Really nice tart to the story. Keep it coming when you have time.
Greater Love hath no man than this, that he lay down his life for a friend.
John 15:13
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Re: The Fall

Postby DR1VENbyKNOWLEDGE » Mon Jan 30, 2017 10:58 pm

VERY good CI....Nice read...flows, character description excellent...The description between words is there too...only 2 short encounters and I'm getting a sense of what to expect from Jack like good writing does just to have you fooled if the author chooses to mix it up or keep the flow throughout the book. Principle of story and character/world development is great so far and coming along well....

I don't mean to pick it apart like this but I read A LOT for a working class mutt(lol)...2-3 books a month.

I could easily have just said "Great story" but thought it deserved more on what I personally like about it.

Well done. Excellent start or excerpts.... You've got the makings of a Kindle hit here.(kindle unlimited member myself)

good luck and if you care to share more, please do when you can...If you launch on the Kindle make sure to send me the link for free download if launching on kindle Unlimited for a review from me....reviews in the first few days catapult you into the top listings if done right.(all this you might already know but I've studied the Amazon resale model extensively if you don't...new here so if you're already published please que me in so I can download your books)

again, great work. :thumbup: :thumbup: :thumbup: :thumbsup:

***EDIT.....Oh boy...I just saw the entire prepper fiction area...lol...I got some catching up to do. ;)
In honor of RebNavy...RIP buddy. You made me smile. :)

Postby rebnavy1862 » Fri Apr 07, 2017 4:00 pm
Driven, are you sure you are from Kalifornia? You make a lot of sense.
Reb"Then call us Rebels if you will, we glory in the name, for bending under unjust laws and swearing faith to an unjust cause, we count as greater shame". Richmond Daily Dispatch May 12 1862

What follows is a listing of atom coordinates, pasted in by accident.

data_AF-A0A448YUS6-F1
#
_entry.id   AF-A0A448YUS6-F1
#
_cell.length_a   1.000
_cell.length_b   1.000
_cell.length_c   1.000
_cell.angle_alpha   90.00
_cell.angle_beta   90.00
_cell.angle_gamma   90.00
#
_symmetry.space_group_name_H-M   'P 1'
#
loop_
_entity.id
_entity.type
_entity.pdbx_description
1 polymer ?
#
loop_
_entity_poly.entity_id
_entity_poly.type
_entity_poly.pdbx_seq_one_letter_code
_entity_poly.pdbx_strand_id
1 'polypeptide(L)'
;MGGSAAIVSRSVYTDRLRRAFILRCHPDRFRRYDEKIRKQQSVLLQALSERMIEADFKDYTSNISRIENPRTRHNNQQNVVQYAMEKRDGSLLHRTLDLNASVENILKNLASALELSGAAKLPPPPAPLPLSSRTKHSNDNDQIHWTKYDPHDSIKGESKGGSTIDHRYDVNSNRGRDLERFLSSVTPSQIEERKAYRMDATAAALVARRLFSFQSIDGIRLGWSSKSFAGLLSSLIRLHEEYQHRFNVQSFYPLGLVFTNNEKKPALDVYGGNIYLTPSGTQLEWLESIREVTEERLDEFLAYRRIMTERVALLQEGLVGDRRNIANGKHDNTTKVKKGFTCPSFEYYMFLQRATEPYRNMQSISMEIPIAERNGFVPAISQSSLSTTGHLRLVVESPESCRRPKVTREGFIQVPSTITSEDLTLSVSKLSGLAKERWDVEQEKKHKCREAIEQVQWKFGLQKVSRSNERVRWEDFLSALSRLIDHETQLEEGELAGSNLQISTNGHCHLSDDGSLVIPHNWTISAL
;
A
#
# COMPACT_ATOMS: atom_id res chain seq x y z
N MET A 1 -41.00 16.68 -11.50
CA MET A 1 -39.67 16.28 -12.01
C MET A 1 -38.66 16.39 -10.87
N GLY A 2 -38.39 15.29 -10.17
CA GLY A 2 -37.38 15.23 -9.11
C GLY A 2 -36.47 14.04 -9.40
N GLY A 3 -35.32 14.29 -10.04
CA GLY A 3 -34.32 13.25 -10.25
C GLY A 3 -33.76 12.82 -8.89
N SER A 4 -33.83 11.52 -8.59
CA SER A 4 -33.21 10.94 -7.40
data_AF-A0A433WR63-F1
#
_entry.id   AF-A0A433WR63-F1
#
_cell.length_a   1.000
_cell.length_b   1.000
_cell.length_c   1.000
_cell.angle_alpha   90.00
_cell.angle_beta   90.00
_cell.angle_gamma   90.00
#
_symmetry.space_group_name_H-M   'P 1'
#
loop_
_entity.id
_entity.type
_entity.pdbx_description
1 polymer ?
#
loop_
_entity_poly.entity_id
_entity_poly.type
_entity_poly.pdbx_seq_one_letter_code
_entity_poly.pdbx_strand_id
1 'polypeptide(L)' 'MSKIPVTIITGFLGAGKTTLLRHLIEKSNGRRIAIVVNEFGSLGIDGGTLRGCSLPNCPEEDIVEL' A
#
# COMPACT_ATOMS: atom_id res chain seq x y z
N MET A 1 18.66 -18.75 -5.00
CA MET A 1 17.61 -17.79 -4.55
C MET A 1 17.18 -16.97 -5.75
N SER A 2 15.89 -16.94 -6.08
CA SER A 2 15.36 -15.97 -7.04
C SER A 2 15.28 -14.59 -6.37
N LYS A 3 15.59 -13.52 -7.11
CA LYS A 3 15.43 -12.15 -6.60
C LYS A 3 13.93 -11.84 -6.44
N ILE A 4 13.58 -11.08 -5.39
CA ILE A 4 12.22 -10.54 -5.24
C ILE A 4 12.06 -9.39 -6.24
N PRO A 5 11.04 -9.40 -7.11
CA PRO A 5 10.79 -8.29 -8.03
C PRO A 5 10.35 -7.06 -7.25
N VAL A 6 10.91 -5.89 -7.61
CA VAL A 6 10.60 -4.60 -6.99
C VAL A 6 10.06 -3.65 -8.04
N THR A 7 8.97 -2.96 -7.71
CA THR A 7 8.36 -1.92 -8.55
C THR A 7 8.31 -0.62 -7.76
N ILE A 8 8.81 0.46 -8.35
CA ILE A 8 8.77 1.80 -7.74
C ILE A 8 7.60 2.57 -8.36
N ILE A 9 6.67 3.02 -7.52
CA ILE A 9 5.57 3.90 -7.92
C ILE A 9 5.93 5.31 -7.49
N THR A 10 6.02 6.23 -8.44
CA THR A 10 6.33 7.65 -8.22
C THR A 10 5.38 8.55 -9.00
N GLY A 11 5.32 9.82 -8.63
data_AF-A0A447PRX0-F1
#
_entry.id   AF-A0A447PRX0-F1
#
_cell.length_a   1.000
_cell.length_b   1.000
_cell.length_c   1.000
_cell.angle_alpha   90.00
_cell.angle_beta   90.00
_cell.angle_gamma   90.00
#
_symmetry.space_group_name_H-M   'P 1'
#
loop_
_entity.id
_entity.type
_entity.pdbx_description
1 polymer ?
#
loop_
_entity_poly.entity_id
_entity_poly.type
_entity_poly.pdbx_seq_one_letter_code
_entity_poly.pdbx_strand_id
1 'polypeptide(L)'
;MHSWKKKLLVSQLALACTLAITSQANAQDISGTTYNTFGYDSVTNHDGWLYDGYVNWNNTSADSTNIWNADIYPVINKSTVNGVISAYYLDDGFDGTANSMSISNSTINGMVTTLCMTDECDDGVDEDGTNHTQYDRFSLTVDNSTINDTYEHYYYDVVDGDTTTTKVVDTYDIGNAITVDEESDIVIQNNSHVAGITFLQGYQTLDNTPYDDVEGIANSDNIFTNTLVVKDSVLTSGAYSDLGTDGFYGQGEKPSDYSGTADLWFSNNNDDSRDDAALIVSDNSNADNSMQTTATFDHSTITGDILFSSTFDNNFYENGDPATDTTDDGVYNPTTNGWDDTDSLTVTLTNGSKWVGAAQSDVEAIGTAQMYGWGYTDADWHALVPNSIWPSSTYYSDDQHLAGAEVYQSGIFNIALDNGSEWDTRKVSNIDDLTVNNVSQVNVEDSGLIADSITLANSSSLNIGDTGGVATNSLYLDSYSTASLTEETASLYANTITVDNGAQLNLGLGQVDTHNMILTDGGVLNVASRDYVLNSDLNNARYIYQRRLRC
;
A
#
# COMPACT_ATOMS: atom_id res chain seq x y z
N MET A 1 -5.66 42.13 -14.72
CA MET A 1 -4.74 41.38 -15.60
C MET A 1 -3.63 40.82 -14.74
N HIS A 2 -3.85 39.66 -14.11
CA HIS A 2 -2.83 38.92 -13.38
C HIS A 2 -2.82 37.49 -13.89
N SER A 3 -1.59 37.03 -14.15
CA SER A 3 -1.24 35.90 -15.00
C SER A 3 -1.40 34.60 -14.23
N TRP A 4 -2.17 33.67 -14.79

Semper Fi, Sic Semper Tyrannis, Remember The Alamo, and Aide'toi et Dieu T'aidera!
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Re: The Fall

Postby Cast Iron » Tue Jan 31, 2017 9:29 am

bacpacker1513 wrote:Really nice tart to the story. Keep it coming when you have time.


Thank you.
Beware of the guy with only one Cast Iron pan . . . he likely knows how to use it.
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Re: The Fall

Postby Cast Iron » Tue Jan 31, 2017 9:35 am

DR1VENbyKNOWLEDGE wrote:VERY good CI....Nice read...flows, character description excellent...The description between words is there too...only 2 short encounters and I'm getting a sense of what to expect from Jack like good writing does just to have you fooled if the author chooses to mix it up or keep the flow throughout the book. Principle of story and character/world development is great so far and coming along well....

I don't mean to pick it apart like this but I read A LOT for a working class mutt(lol)...2-3 books a month.

I could easily have just said "Great story" but thought it deserved more on what I personally like about it.

Well done. Excellent start or excerpts.... You've got the makings of a Kindle hit here.(kindle unlimited member myself)

good luck and if you care to share more, please do when you can...If you launch on the Kindle make sure to send me the link for free download if launching on kindle Unlimited for a review from me....reviews in the first few days catapult you into the top listings if done right.(all this you might already know but I've studied the Amazon resale model extensively if you don't...new here so if you're already published please que me in so I can download your books)

again, great work. :thumbup: :thumbup: :thumbup: :thumbsup:

***EDIT.....Oh boy...I just saw the entire prepper fiction area...lol...I got some catching up to do. ;)